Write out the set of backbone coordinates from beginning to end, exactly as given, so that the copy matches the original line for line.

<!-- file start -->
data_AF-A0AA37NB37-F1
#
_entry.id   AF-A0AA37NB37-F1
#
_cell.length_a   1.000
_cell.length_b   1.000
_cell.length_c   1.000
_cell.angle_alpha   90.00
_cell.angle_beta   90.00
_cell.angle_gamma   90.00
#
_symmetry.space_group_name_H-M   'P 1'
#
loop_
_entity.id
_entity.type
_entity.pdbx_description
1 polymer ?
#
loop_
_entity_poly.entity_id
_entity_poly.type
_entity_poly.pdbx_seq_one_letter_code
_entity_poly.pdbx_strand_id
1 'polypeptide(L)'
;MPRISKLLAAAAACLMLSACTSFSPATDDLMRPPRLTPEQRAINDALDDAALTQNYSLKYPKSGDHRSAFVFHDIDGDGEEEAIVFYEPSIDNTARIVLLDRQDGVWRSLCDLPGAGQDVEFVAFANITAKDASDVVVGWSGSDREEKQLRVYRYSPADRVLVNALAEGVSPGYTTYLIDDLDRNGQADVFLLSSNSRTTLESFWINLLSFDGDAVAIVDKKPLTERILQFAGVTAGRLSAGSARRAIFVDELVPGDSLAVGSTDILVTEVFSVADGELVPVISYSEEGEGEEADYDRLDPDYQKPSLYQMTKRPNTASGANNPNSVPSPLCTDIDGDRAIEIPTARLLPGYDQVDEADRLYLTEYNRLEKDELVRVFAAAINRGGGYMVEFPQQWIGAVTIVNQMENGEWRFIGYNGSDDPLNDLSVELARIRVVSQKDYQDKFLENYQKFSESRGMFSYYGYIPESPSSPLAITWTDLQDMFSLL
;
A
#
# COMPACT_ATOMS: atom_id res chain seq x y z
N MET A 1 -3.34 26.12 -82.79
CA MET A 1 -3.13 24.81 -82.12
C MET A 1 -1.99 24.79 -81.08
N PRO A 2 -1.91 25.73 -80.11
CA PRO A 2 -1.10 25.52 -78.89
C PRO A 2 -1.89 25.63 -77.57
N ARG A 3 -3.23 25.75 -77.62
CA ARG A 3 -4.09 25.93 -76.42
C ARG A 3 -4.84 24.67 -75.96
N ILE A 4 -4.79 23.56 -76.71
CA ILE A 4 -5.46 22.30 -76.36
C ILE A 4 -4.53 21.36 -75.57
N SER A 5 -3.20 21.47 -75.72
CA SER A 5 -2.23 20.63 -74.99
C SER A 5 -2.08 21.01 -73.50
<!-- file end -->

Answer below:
data_AF-A0AA37NB37-F1
#
_entry.id   AF-A0AA37NB37-F1
#
_cell.length_a   1.000
_cell.length_b   1.000
_cell.length_c   1.000
_cell.angle_alpha   90.00
_cell.angle_beta   90.00
_cell.angle_gamma   90.00
#
_symmetry.space_group_name_H-M   'P 1'
#
loop_
_entity.id
_entity.type
_entity.pdbx_description
1 polymer ?
#
loop_
_entity_poly.entity_id
_entity_poly.type
_entity_poly.pdbx_seq_one_letter_code
_entity_poly.pdbx_strand_id
1 'polypeptide(L)'
;MPRISKLLAAAAACLMLSACTSFSPATDDLMRPPRLTPEQRAINDALDDAALTQNYSLKYPKSGDHRSAFVFHDIDGDGEEEAIVFYEPSIDNTARIVLLDRQDGVWRSLCDLPGAGQDVEFVAFANITAKDASDVVVGWSGSDREEKQLRVYRYSPADRVLVNALAEGVSPGYTTYLIDDLDRNGQADVFLLSSNSRTTLESFWINLLSFDGDAVAIVDKKPLTERILQFAGVTAGRLSAGSARRAIFVDELVPGDSLAVGSTDILVTEVFSVADGELVPVISYSEEGEGEEADYDRLDPDYQKPSLYQMTKRPNTASGANNPNSVPSPLCTDIDGDRAIEIPTARLLPGYDQVDEADRLYLTEYNRLEKDELVRVFAAAINRGGGYMVEFPQQWIGAVTIVNQMENGEWRFIGYNGSDDPLNDLSVELARIRVVSQKDYQDKFLENYQKFSESRGMFSYYGYIPESPSSPLAITWTDLQDMFSLL
;
A
#
# COMPACT_ATOMS: atom_id res chain seq x y z
N MET A 1 -3.34 26.12 -82.79
CA MET A 1 -3.13 24.81 -82.12
C MET A 1 -1.99 24.79 -81.08
N PRO A 2 -1.91 25.73 -80.11
CA PRO A 2 -1.10 25.52 -78.89
C PRO A 2 -1.89 25.63 -77.57
N ARG A 3 -3.23 25.75 -77.62
CA ARG A 3 -4.09 25.93 -76.42
C ARG A 3 -4.84 24.67 -75.96
N ILE A 4 -4.79 23.56 -76.71
CA ILE A 4 -5.46 22.30 -76.36
C ILE A 4 -4.53 21.36 -75.57
N SER A 5 -3.20 21.47 -75.72
CA SER A 5 -2.23 20.63 -74.99
C SER A 5 -2.08 21.01 -73.50